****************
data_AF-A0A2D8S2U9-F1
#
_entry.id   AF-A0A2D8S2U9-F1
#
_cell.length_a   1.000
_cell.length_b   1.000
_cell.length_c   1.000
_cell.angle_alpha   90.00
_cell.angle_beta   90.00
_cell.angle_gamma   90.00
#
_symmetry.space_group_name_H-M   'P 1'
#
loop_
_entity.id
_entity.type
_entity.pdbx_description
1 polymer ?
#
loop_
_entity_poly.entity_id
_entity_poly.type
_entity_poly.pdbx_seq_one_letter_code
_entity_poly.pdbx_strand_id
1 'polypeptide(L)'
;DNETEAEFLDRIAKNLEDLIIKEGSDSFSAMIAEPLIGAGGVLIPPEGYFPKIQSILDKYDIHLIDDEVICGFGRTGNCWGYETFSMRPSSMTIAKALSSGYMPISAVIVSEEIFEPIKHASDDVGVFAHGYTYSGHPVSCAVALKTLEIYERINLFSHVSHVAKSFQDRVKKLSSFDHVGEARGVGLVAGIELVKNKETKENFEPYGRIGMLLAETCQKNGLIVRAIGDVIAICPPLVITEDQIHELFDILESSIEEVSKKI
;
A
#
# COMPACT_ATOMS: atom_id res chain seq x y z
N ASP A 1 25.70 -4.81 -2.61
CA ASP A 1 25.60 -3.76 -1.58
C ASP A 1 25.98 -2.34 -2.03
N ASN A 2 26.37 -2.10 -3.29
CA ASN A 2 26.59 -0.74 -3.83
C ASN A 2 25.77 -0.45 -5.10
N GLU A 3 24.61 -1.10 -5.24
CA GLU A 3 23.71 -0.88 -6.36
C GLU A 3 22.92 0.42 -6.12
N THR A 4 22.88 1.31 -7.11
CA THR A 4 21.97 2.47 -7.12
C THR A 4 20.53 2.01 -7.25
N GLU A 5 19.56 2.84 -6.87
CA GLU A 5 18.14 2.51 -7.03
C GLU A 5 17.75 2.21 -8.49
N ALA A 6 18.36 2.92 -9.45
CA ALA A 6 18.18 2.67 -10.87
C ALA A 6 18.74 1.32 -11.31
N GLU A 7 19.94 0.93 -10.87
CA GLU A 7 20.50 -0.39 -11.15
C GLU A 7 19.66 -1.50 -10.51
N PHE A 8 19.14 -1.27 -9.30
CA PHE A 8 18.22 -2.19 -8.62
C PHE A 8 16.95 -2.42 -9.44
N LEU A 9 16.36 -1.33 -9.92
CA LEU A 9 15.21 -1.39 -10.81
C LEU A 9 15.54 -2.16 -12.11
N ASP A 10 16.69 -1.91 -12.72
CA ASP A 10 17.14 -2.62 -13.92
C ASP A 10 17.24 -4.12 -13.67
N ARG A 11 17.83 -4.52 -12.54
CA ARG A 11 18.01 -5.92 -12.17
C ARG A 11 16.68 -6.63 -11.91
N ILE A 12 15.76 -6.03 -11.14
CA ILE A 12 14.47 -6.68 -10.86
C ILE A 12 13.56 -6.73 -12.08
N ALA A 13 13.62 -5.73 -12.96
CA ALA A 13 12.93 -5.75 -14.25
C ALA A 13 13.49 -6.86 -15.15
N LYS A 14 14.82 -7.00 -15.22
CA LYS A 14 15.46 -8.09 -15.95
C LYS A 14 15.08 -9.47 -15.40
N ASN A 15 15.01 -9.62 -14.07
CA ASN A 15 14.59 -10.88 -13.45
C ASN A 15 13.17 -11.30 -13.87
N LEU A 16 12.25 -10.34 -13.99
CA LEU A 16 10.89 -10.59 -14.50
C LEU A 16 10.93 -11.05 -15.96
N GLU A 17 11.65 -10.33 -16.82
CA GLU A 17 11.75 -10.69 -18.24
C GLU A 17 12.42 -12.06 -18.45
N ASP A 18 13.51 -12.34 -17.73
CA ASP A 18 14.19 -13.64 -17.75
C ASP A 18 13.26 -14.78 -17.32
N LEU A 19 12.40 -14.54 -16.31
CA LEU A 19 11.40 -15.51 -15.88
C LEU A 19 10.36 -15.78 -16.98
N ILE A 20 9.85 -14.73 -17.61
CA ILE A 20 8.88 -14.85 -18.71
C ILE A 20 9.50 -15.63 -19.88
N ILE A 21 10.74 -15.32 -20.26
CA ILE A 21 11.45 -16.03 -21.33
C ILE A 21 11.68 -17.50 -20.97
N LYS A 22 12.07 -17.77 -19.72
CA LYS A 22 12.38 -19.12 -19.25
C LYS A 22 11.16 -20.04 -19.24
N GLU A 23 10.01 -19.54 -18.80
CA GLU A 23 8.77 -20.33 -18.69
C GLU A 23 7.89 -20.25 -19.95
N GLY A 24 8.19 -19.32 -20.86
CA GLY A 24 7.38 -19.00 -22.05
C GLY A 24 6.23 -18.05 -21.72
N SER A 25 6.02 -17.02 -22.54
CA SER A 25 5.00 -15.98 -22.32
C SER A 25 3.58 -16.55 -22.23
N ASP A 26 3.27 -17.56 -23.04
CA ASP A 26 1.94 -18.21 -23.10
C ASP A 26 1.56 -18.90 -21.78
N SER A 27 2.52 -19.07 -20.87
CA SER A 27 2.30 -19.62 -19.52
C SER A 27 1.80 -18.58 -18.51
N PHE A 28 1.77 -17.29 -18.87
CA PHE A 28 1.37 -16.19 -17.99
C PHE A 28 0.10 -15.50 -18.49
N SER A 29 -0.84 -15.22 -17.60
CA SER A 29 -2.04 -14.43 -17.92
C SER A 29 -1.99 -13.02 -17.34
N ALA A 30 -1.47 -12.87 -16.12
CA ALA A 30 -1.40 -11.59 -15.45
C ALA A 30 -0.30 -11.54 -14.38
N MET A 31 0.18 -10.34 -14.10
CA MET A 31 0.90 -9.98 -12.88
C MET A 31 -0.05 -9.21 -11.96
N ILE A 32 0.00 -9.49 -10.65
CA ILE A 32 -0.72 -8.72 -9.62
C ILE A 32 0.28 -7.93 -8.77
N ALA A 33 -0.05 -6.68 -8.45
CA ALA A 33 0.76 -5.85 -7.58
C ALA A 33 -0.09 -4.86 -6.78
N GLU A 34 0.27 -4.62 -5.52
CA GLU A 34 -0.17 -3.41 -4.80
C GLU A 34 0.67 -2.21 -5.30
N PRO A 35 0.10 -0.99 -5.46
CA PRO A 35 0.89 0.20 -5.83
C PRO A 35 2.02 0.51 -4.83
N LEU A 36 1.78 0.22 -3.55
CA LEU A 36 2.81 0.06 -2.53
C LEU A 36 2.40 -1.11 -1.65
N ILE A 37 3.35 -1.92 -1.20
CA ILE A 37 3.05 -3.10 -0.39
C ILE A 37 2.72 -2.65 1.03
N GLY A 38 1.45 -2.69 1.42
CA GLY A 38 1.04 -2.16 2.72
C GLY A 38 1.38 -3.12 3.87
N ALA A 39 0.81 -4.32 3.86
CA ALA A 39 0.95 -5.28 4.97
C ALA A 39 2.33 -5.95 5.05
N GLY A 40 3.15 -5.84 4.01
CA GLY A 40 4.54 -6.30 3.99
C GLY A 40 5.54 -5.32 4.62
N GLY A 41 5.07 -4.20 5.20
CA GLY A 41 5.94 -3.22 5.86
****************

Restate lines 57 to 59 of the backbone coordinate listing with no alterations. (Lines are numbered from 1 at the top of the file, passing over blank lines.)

C LEU A 9 15.54 -2.16 -12.11
N ASP A 10 16.69 -1.91 -12.72
CA ASP A 10 17.14 -2.62 -13.92